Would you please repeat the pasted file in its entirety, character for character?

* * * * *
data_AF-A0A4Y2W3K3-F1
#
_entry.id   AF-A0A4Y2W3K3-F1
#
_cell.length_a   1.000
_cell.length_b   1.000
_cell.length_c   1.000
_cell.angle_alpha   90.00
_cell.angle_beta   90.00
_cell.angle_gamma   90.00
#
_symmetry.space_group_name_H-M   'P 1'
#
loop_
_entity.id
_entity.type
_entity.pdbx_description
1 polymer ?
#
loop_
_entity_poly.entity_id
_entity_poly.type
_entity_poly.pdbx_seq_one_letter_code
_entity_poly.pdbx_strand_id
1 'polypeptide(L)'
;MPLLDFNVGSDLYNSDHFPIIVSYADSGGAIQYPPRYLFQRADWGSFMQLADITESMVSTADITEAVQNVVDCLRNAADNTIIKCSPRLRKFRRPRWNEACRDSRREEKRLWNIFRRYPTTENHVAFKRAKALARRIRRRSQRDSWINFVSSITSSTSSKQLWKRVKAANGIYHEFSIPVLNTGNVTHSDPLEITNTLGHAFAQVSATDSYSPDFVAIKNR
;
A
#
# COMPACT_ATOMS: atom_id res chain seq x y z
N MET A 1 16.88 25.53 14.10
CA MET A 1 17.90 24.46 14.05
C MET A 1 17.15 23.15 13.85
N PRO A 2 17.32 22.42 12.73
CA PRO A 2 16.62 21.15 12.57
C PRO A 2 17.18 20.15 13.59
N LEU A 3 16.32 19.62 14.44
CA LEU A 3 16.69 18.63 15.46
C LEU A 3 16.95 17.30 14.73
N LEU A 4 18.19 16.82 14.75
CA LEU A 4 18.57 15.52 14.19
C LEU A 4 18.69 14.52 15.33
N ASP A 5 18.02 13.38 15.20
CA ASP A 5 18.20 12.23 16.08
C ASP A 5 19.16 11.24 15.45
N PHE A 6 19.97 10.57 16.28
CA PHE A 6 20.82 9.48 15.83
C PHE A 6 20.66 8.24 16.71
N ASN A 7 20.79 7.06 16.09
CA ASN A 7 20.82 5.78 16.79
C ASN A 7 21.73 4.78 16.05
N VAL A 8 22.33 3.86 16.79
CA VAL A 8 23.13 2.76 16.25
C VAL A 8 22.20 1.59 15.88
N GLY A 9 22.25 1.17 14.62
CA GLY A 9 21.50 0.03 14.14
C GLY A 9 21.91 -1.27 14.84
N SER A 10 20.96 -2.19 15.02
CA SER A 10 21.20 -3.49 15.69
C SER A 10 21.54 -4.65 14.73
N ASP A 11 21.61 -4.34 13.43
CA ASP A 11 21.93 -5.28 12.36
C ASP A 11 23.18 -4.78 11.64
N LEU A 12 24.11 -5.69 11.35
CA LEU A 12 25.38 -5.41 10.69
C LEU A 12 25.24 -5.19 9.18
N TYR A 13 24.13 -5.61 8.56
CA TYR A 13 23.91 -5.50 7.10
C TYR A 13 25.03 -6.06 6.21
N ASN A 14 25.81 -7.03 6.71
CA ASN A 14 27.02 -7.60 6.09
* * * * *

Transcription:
data_AF-A0A4Y2W3K3-F1
#
_entry.id   AF-A0A4Y2W3K3-F1
#
_cell.length_a   1.000
_cell.length_b   1.000
_cell.length_c   1.000
_cell.angle_alpha   90.00
_cell.angle_beta   90.00
_cell.angle_gamma   90.00
#
_symmetry.space_group_name_H-M   'P 1'
#
loop_
_entity.id
_entity.type
_entity.pdbx_description
1 polymer ?
#
loop_
_entity_poly.entity_id
_entity_poly.type
_entity_poly.pdbx_seq_one_letter_code
_entity_poly.pdbx_strand_id
1 'polypeptide(L)'
;MPLLDFNVGSDLYNSDHFPIIVSYADSGGAIQYPPRYLFQRADWGSFMQLADITESMVSTADITEAVQNVVDCLRNAADNTIIKCSPRLRKFRRPRWNEACRDSRREEKRLWNIFRRYPTTENHVAFKRAKALARRIRRRSQRDSWINFVSSITSSTSSKQLWKRVKAANGIYHEFSIPVLNTGNVTHSDPLEITNTLGHAFAQVSATDSYSPDFVAIKNR
;
A
#
# COMPACT_ATOMS: atom_id res chain seq x y z
N MET A 1 16.88 25.53 14.10
CA MET A 1 17.90 24.46 14.05
C MET A 1 17.15 23.15 13.85
N PRO A 2 17.32 22.42 12.73
CA PRO A 2 16.62 21.15 12.57
C PRO A 2 17.18 20.15 13.59
N LEU A 3 16.32 19.62 14.44
CA LEU A 3 16.69 18.63 15.46
C LEU A 3 16.95 17.30 14.73
N LEU A 4 18.19 16.82 14.75
CA LEU A 4 18.57 15.52 14.19
C LEU A 4 18.69 14.52 15.33
N ASP A 5 18.02 13.38 15.20
CA ASP A 5 18.20 12.23 16.08
C ASP A 5 19.16 11.24 15.45
N PHE A 6 19.97 10.57 16.28
CA PHE A 6 20.82 9.48 15.83
C PHE A 6 20.66 8.24 16.71
N ASN A 7 20.79 7.06 16.09
CA ASN A 7 20.82 5.78 16.79
C ASN A 7 21.73 4.78 16.05
N VAL A 8 22.33 3.86 16.79
CA VAL A 8 23.13 2.76 16.25
C VAL A 8 22.20 1.59 15.88
N GLY A 9 22.25 1.17 14.62
CA GLY A 9 21.50 0.03 14.14
C GLY A 9 21.91 -1.27 14.84
N SER A 10 20.96 -2.19 15.02
CA SER A 10 21.20 -3.49 15.69
C SER A 10 21.54 -4.65 14.73
N ASP A 11 21.61 -4.34 13.43
CA ASP A 11 21.93 -5.28 12.36
C ASP A 11 23.18 -4.78 11.64
N LEU A 12 24.11 -5.69 11.35
CA LEU A 12 25.38 -5.41 10.69
C LEU A 12 25.24 -5.19 9.18
N TYR A 13 24.13 -5.61 8.56
CA TYR A 13 23.91 -5.50 7.10
C TYR A 13 25.03 -6.06 6.21
N ASN A 14 25.81 -7.03 6.71
CA ASN A 14 27.02 -7.60 6.09